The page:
$$ complex(\phi_{1},\phi_{2},\cdots,\phi_{m})=max\quad \mathbf{Z}(\cdot,j)\quad 0\leq j< d $$
(1)

where ϕi(i=1,2,,m) denotes the node embedding of the corresponding protein in the complex, Z is the matrix which is composed by ϕi in the complex set, d denotes the dimension of ϕi, and Z(·,j) denotes the j-th column of the matrix Z.

In addition, as the obtained node embedding vectors not only are the continuous feature representations for nodes in network, but also can reflect the similarities between nodes, we use them to further quantify the reliability of the relations. The vector similarity between two nodes is used to weight the relation between them, and it is defined as follows:
$$ similarity(X,Y)=\frac{\sum\limits_{i=1}^{n}x_{i}y_{i}}{\sqrt[]{\sum\limits_{i=1}^{n}x_{i}^{2}}*\sqrt[]{\sum\limits_{i=1}^{n}y_{i}^{2}}} $$
(2)

where X=(x1,x2,,xn), Y=(y1,y2,,yn) and n is the dimension of the corresponding vector.

Supervised learning method SLPC

The detail of the supervised learning method (SLPC) used in our work can be found in references [25] and [26]. The SLPC method mainly includes three steps: firstly, a training set, including positive, middle and negative data, is constructed. Secondly, construct the feature vector space for the complexes in the training set from the networks and train the regression model. Specifically, a rich feature set of eleven topological features is constructed for complexes and the regression model is trained with the feature vectors. After that, the proteins whose degrees are greater than the average degree of the network are selected as the initial cliques. Then, the initial cliques are expanded according to the scores obtained by the regression model in order to generate the final cliques which are likely to be the real complexes. The main reason for using supervised learning method in this work is that it can combine the manually selected features with automatic self-learned features to further improve the performance for protein complex detection.

Random forest

Random forest [28] is a model that uses a large number of sample data to train the decision trees for classification, and the class labels are determined by the output of the decision tree. The main idea of random forest model is as follows. A forest is established in a random way, and the forest is composed of many decision trees, and there is no relation between the trees. When a new sample comes in, each tree makes a decision and a class label is determined if the majority decision trees select this label for the classification task.

Random forest model is tolerant to missing data and unbalanced data as well as it can handle high-dimensional data. During the training process of the random forest model, the number of trees is randomly selected in order to avoid the over-fitting problem. What’s more, it can process the high-dimensional data directly without feature selection process. On the other hand, the importances of each feature can be obtained after training and it can maintain good accuracy even with the missing data and unbalanced data. For protein complex detection task, it is well known that there exist false negative relations in the PPI networks [4, 5], and the number of known standard complexes is quite limited. Therefore, we use random forest model to further filter the candidate complexes based on their features.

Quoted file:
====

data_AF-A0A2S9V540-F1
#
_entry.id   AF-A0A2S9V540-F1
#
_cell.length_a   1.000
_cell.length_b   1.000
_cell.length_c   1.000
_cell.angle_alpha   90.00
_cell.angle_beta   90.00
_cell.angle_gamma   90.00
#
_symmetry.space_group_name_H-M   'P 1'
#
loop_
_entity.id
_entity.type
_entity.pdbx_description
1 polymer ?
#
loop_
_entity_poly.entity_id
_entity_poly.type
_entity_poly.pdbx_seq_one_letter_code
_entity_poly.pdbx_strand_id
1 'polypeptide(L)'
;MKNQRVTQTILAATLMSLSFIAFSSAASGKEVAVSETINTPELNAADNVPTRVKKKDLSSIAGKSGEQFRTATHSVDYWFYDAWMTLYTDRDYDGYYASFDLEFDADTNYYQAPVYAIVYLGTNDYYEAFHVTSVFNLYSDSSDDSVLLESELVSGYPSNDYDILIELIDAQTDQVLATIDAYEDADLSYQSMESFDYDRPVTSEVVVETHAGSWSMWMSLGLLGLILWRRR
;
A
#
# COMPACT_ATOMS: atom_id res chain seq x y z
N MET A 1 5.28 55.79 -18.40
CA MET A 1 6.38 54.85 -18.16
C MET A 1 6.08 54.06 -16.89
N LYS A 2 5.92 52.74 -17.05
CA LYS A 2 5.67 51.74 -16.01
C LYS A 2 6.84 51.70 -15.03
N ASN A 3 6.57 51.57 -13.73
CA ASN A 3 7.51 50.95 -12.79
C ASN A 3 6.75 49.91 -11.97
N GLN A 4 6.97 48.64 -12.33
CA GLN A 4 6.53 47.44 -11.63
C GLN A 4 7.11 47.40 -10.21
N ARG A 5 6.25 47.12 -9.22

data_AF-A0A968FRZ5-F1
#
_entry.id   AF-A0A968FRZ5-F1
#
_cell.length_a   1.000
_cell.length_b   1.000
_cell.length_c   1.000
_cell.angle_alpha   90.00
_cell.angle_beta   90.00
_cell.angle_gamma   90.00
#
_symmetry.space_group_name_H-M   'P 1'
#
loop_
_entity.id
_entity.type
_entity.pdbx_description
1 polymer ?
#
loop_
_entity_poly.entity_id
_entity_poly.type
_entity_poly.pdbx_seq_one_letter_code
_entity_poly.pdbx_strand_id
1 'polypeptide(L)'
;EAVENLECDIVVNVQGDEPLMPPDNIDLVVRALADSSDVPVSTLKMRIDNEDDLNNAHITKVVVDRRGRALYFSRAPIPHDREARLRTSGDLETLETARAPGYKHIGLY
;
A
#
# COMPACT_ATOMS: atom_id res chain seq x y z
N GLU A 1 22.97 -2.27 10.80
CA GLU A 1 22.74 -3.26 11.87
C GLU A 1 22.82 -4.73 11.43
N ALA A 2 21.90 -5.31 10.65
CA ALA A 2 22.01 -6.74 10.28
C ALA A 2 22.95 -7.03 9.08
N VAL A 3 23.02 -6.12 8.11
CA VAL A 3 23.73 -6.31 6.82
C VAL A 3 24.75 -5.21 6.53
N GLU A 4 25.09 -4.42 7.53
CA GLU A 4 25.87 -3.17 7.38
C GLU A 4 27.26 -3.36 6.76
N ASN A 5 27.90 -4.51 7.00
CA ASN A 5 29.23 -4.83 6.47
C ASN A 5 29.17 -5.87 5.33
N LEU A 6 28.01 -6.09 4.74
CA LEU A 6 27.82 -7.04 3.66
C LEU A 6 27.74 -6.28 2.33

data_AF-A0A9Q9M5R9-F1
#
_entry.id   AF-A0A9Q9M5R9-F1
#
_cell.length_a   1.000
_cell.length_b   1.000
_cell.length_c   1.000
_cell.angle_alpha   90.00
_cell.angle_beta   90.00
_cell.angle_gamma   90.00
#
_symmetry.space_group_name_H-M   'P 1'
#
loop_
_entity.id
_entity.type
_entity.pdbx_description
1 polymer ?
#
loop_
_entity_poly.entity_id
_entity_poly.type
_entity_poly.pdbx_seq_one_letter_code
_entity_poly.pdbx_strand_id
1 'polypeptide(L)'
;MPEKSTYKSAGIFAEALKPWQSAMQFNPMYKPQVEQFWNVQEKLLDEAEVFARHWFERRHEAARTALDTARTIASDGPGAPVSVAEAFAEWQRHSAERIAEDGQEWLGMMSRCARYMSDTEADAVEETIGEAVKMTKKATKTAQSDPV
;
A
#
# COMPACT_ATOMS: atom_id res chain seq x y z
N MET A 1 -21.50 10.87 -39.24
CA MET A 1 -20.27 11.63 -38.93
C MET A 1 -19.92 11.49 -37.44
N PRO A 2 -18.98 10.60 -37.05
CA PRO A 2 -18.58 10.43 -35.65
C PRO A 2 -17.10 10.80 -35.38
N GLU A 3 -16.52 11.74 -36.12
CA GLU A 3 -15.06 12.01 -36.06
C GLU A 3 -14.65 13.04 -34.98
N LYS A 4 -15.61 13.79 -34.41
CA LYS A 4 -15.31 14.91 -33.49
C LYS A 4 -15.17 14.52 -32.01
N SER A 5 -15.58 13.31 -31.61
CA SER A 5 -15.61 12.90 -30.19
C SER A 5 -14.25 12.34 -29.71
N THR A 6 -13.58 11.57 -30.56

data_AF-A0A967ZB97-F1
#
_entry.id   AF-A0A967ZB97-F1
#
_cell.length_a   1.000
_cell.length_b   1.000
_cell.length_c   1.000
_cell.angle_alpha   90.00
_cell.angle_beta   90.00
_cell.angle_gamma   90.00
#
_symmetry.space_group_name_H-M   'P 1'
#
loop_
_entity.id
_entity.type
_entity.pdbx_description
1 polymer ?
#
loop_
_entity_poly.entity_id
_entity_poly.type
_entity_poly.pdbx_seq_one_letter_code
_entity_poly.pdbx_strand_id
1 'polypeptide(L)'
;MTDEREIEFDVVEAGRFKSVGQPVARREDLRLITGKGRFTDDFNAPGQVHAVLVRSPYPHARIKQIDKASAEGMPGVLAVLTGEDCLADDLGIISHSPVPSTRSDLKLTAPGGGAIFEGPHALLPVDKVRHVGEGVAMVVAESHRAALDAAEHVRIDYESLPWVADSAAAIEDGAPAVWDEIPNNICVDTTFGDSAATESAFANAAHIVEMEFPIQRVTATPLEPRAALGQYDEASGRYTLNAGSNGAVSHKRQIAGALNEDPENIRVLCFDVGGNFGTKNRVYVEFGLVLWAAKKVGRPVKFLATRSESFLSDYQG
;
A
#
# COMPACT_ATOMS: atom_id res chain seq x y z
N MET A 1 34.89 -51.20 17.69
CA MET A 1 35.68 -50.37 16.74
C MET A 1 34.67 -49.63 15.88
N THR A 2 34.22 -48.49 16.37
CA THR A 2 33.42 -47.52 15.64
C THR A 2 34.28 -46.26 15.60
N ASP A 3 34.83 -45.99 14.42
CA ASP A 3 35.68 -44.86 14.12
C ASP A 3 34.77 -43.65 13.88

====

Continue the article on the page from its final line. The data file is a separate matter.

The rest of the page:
NodeEmbed-SLPC-RF method

In this paper, we propose a method named NodeEmbed-SLPC-RF method to detect protein complexes from PPI networks. Figure 1 shows the overall workflow of the NodeEmbed-SLPC-RF method, it can be divided into two main steps. In the first step: the embedding representation of each node is obtained by using node2vec algorithm, then the relations in the PPI network are quantified by using the similarity of node embeddings, and the PPI network is modified based on the reliabilities of the relations. After that, complex vectors of sample complexes are generated according to their corresponding protein vectors for training RF model. At the same time, the SLPC model is trained by using eleven extracted features of sample complexes. In the second step, the trained SLPC model is used to guide the search process for candidate protein complexes from the PPI network. Then the RF model is used to classify the candidate protein complexes, and the protein complexes which are labeled as positive ones are considered to be the final predicted complexes. Specially, there are three categories generated by RF model like SLPC model.
Fig. 1
Fig. 1

The overall workflow of NodeEmbed-SLPC-RF method. a P1,P2,P3,P4,P5 and P6 are the proteins in the PPI network, and P1,P5 and P6 compose a protein complex. b The red node in the left network is the seed node, and the nodes in slash circles of the right network is a candidate protein complex discovered by using SLPC model

Results

Dataset and parameter setting

We conducted the experiments on two different types of PPI networks: Human and Yeast. For human, protein and protein relations were downloaded from the human protein reference database (HPRD) [29], and there were 39,254 interactions and 9678 proteins. For yeast, commonly used DIP network [30] was obtained and there were 17,203 interactions among 4930 proteins in the DIP network. After removing the duplicated and self-linked relations, we obtained 37,060 interactions and 9521 proteins for human and 17,201 interaction and 4928 proteins for yeast. The golden standard of human protein complexes were also downloaded from HPRD, while the golden standard of yeast protein complexes were constructed by combining MIPS [31], Aloy [32], SGD [33] with TAP06 [34]. The total numbers of golden protein complexes are 1514 and 673 and the size of them ranges from 3 to 129, 3 to 359 for human and yeast, respectively.